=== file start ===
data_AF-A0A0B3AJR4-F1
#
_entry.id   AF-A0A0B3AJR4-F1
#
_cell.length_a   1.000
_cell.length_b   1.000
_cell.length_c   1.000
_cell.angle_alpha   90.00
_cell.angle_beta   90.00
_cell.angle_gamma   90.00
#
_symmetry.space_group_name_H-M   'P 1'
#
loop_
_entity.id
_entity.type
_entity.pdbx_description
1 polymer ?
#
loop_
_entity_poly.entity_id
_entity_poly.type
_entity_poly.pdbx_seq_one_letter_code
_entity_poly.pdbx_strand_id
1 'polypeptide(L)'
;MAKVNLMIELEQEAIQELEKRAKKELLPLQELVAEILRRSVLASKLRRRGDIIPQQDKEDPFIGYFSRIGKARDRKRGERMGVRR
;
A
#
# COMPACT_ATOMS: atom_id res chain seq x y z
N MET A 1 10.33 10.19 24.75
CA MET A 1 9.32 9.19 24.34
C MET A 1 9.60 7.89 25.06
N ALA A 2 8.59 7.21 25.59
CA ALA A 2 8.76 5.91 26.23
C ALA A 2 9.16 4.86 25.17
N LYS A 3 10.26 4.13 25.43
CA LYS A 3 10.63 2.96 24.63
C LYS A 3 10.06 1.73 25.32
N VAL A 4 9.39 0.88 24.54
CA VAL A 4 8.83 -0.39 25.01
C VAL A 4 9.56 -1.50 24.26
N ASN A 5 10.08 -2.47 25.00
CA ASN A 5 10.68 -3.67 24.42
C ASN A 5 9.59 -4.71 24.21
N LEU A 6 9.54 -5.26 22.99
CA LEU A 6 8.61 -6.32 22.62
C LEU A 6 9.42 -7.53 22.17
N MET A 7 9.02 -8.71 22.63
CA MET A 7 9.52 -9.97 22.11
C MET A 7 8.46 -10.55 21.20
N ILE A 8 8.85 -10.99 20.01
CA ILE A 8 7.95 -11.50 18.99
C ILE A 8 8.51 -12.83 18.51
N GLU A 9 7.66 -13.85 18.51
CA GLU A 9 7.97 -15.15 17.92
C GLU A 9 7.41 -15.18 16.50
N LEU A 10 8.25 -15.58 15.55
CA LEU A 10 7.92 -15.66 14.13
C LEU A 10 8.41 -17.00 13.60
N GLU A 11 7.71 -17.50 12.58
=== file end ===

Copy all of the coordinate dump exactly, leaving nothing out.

data_AF-A0A0B3AJR4-F1
#
_entry.id   AF-A0A0B3AJR4-F1
#
_cell.length_a   1.000
_cell.length_b   1.000
_cell.length_c   1.000
_cell.angle_alpha   90.00
_cell.angle_beta   90.00
_cell.angle_gamma   90.00
#
_symmetry.space_group_name_H-M   'P 1'
#
loop_
_entity.id
_entity.type
_entity.pdbx_description
1 polymer ?
#
loop_
_entity_poly.entity_id
_entity_poly.type
_entity_poly.pdbx_seq_one_letter_code
_entity_poly.pdbx_strand_id
1 'polypeptide(L)'
;MAKVNLMIELEQEAIQELEKRAKKELLPLQELVAEILRRSVLASKLRRRGDIIPQQDKEDPFIGYFSRIGKARDRKRGERMGVRR
;
A
#
# COMPACT_ATOMS: atom_id res chain seq x y z
N MET A 1 10.33 10.19 24.75
CA MET A 1 9.32 9.19 24.34
C MET A 1 9.60 7.89 25.06
N ALA A 2 8.59 7.21 25.59
CA ALA A 2 8.76 5.91 26.23
C ALA A 2 9.16 4.86 25.17
N LYS A 3 10.26 4.13 25.43
CA LYS A 3 10.63 2.96 24.63
C LYS A 3 10.06 1.73 25.32
N VAL A 4 9.39 0.88 24.54
CA VAL A 4 8.83 -0.39 25.01
C VAL A 4 9.56 -1.50 24.26
N ASN A 5 10.08 -2.47 25.00
CA ASN A 5 10.68 -3.67 24.42
C ASN A 5 9.59 -4.71 24.21
N LEU A 6 9.54 -5.26 22.99
CA LEU A 6 8.61 -6.32 22.62
C LEU A 6 9.42 -7.53 22.17
N MET A 7 9.02 -8.71 22.63
CA MET A 7 9.52 -9.97 22.11
C MET A 7 8.46 -10.55 21.20
N ILE A 8 8.85 -10.99 20.01
CA ILE A 8 7.95 -11.50 18.99
C ILE A 8 8.51 -12.83 18.51
N GLU A 9 7.66 -13.85 18.51
CA GLU A 9 7.97 -15.15 17.92
C GLU A 9 7.41 -15.18 16.50
N LEU A 10 8.25 -15.58 15.55
CA LEU A 10 7.92 -15.66 14.13
C LEU A 10 8.41 -17.00 13.60
N GLU A 11 7.71 -17.50 12.58